13 Most Important Things To Know When You Travel Peru

By on Published: November 16, 2020 | Last Updated: November 17, 2020 in Latin America, PERU, South America with 0 Comments

The 13 Most Important Things To Know When You Travel Peru

My favourite country in South America (oooh it’s a tight call and Argentina certainly comes close, but I think Peru just clinches it!), this country is a feast for travellers of every persuasion!

Whether you want to wildlife spot in the Amazon, hike in the Andes, surf the Pacific, learn Spanish, eat some of the best food on earth, wander colonial cities or see historic ruins, Peru offers it all.

In fact, the biggest problem you’re likely to have here is that you can’t see it all, not unless if you’ve got a lifetime… and even then it might be a push!

As such, a clear part of getting the best from your time in Peru is to plan your trip carefully, especially if you’re on a short timeframe.

Using Bookaway – a super transport booking service – is a great resource in this area, as they compare flights, buses and train times across Peru so you can ensure your ideal plans match up with the reality of adventuring in a country as huge as this!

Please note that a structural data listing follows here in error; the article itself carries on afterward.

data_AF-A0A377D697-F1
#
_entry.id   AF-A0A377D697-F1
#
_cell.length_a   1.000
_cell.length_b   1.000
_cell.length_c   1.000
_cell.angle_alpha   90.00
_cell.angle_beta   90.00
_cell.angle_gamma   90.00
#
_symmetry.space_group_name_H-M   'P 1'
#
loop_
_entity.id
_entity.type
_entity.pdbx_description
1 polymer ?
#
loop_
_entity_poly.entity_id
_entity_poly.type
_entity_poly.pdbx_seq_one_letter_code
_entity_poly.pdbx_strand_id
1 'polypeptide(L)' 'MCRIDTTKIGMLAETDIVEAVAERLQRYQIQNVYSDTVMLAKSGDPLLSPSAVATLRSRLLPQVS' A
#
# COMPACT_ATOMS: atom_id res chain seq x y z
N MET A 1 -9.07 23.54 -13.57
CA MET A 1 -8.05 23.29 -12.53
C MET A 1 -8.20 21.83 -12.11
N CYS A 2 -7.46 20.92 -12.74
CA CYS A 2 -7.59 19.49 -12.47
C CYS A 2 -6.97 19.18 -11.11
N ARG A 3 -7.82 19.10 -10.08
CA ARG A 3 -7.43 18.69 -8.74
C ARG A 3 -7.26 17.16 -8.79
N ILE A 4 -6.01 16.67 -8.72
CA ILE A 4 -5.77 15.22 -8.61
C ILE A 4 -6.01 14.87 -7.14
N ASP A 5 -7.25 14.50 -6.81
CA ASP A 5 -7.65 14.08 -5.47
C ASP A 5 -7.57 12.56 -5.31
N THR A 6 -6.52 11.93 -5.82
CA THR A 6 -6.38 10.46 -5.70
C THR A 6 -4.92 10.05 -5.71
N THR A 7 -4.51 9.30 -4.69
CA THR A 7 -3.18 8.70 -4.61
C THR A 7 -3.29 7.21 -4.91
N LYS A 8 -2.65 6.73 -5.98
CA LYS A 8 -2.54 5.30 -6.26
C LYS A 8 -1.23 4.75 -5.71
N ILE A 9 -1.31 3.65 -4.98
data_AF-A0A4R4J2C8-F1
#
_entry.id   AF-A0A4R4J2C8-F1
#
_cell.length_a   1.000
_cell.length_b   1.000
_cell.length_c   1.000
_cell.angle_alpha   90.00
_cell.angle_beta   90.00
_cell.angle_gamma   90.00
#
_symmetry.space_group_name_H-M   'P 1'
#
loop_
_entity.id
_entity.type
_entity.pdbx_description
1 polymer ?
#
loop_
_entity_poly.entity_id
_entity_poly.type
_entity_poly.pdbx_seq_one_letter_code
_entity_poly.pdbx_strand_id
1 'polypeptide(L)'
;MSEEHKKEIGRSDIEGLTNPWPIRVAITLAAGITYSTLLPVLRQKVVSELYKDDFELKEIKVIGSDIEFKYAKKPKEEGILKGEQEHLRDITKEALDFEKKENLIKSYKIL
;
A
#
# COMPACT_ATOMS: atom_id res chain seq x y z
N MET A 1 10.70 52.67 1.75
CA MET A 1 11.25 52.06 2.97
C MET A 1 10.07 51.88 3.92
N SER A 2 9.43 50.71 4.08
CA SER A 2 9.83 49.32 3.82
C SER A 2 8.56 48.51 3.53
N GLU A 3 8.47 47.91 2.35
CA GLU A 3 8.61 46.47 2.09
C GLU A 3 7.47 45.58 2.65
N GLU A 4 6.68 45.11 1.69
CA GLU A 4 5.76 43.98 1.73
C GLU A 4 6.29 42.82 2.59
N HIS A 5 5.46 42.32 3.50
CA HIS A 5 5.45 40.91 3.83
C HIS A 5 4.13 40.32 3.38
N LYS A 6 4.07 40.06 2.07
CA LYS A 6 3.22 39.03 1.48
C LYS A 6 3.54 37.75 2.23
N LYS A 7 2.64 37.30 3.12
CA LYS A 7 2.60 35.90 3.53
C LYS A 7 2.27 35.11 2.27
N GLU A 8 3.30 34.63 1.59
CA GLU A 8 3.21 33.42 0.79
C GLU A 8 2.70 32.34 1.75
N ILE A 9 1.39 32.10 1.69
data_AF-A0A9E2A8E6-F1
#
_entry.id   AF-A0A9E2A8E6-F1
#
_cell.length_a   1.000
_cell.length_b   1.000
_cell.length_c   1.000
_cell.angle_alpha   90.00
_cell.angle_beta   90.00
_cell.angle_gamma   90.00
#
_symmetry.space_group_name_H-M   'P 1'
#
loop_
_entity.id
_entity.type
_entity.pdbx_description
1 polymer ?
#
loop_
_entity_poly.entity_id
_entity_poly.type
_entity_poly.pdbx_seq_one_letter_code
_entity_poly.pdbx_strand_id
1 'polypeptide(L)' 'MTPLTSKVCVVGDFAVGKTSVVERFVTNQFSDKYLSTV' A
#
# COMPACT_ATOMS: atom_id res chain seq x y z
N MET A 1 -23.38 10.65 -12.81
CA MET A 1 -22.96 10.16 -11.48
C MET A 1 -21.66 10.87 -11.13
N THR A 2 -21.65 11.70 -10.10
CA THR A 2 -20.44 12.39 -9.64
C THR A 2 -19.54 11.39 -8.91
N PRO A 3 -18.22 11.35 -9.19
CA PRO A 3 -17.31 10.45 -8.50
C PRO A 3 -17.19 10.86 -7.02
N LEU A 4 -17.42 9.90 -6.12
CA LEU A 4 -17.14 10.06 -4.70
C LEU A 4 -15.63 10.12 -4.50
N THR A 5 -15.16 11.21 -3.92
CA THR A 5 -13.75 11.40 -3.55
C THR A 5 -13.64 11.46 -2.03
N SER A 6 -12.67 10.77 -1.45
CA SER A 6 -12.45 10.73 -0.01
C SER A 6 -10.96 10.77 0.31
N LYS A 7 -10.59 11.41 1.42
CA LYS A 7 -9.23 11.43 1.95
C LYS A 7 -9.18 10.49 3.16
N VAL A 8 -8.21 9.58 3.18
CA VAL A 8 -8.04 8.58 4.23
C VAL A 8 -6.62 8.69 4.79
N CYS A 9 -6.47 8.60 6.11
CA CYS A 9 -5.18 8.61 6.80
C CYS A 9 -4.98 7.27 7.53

As well as mapping your route, checking out my list of the following 13 things to know before you travel Peru, will also help you plan the trip of a lifetime in this amazing country!


Related Posts

This page contains affiliate links meaning Big World Small Pockets may receive a small commission on any purchases at no extra cost to you.


#1 When to Visit?

Peru, Sacred Valley, Cactus

The answer of when to visit Peru is not a straightforward one – spanning 3 major climate zones and several micro ones – Peru is a huge country that proves difficult to get right all at the same time.

I’ve written in detail about this in my post – the best time to visit Peru – but the short answer is that you need to decide whether you want to concentrate your time at the coast, in the Andes or amidst the Amazon.

Within these major climate areas, you’ll also want to think about whether you want the best climate conditions, which will be accompanied by the largest crowds, or whether you’re happy to compromise, certainly on the weather, in return for less people around you.